The book concludes with a discussion of the role of AAE in the classroom and in the workplace, which will be of particular interest to teachers. Those of us who are both students of linguistics and teachers of English for academic purposes often find ourselves in a difficult situation, wanting to validate and celebrate linguistic diversity while trying to empower our students with skills in AAE. How do we teach the standard without denigrating the home variety? Green begins to address this question by summarizing some of the seminal work on attitudes toward AAE in the workplace and in the classroom. She discusses Labov's (1972) "The Logic of Nonstandard English," which was among the first works to recognize the systematicity of AAE and its legitimacy as a language variety. She also discusses the 1979 Ann Arbor "Black English Case," in which parents of elementary school children successfully argued that their children's learning was hindered by the school's failure to recognize and account for their use of language. Green goes on to summarize arguments about the appropriateness of AAE in the workplace, providing a broad spectrum of voices on the subject, but ultimately acknowledging that SEAE is the language of power and that speakers of AAE must be bidialectal in order to succeed. She summarizes some of the work in the area of teaching bidialectalism, providing the reader with a few strategies for implementation in the classroom. Green relies heavily on Labov's (1995) four principles for teaching reading, which include doing contrastive analysis of AAE and SEAE, and she provides a short section on techniques teachers can use in the classroom (role-playing in AAE and SEAE contexts, drills, flashcards), but does not give the reader much in the way of innovative strategies. One cannot, of course, fault Green for this; there is an unfortunate scarcity of new material on the use of AAE in the classroom, and Green is simply working with what is available,
Indeed, it is difficult to fault Green for any of the book's shortcomings. She is, after all, a trailblazer, and one should expect the path she cuts to be a little rough. One might, for example, argue that Green tries to do too much with this book, including not only a discussion of the linguistic features of AAE, but of its representation in the media, its non-verbal elements (eye movement and "giving dap"), and attitudes toward it in the workplace. However, Green's book is valuable precisely because she includes these elements. Rather than follow the traditional pattern of listing features in isolation, Green shows AAE as a living language, and though in his forward Baugh praises Green for setting aside the sociolinguistic issues and focusing instead on "relevant historical issues" (ix), this reviewer believes that Green does address sociolinguistic issues. It would be virtually impossible to write such a book without doing so.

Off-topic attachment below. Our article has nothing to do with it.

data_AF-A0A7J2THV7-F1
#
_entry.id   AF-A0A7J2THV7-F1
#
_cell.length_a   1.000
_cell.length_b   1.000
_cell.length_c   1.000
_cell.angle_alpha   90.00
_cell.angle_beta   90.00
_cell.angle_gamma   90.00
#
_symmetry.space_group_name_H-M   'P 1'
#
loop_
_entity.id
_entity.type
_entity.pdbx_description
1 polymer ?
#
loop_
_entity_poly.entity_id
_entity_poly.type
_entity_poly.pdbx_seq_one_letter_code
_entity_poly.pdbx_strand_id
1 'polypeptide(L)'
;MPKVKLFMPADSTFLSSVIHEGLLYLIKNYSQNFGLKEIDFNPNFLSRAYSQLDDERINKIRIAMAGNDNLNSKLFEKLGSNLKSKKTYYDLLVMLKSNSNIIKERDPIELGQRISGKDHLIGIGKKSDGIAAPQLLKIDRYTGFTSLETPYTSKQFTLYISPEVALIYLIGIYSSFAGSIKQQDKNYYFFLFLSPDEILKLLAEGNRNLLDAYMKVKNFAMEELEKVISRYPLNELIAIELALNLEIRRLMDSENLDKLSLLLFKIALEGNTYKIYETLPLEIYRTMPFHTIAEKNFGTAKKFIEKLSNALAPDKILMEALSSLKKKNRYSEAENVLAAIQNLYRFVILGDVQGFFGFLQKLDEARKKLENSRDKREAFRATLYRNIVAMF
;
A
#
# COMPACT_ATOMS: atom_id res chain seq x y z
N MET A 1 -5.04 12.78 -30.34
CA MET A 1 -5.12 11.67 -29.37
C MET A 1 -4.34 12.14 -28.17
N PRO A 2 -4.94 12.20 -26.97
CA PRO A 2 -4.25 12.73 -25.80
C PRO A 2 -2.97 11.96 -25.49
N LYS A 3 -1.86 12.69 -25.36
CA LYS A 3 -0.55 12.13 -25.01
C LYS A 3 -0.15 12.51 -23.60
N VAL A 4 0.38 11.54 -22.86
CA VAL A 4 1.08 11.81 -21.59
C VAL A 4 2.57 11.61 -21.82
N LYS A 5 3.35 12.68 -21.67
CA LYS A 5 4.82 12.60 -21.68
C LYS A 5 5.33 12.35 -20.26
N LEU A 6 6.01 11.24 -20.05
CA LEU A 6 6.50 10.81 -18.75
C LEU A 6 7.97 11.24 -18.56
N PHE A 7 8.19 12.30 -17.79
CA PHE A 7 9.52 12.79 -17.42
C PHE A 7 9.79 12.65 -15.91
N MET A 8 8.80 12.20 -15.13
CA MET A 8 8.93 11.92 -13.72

Perhaps the only major criticism one can level at this book is its inconsistency in addressing its intended audience. In her preface, Green explains that the book "is intended for students who are taking general courses that address AAE as well as for those who want to learn about the ways in which the variety is systematic" (xi). One can assume, then, that Green's intended audience has minimal training in linguistics, and indeed Green defines basic linguistic concepts (morphology, phonology, syntax, lexical items) as she goes. In the phonology section, Green even includes a diagram of the larynx and a description of the state of the vocal chords during the production of different sounds. The book's style, however, seems more appropriate for advanced graduate students, and though it defines certain linguistic terms, it assumes a knowledge of others (e.g. such grammatical terms as "modal" and "future resultant state"). This book might not be appropriate for undergraduate students or beginning master's students in teacher training programs, but it is certainly appropriate for those with some basic linguistics under their belts.
Baugh has every reason to be excited by this book. It serves as an excellent introduction to the structure of AAE and of the sociocultural issues surrounding its use. Green incorporates the work of the major players in the field of AAE studies, and anyone interested in further study can use this book as a starting point, gaining basic information and finding sources for more in-depth discussion. It should certainly be a part of any graduate course dealing with AAE or, for that matter, language variation in general.
ABOUT THE REVIEWER:
Shawn Steinhart is currently a doctoral student in the University of Arizona's interdisciplinary Second Language Acquisition and Teaching program. His academic interests are educational sociolinguistics, dialect, and the teaching of English composition. He is also a Graduate Associate Teacher in the English department, where he teaches first-year composition.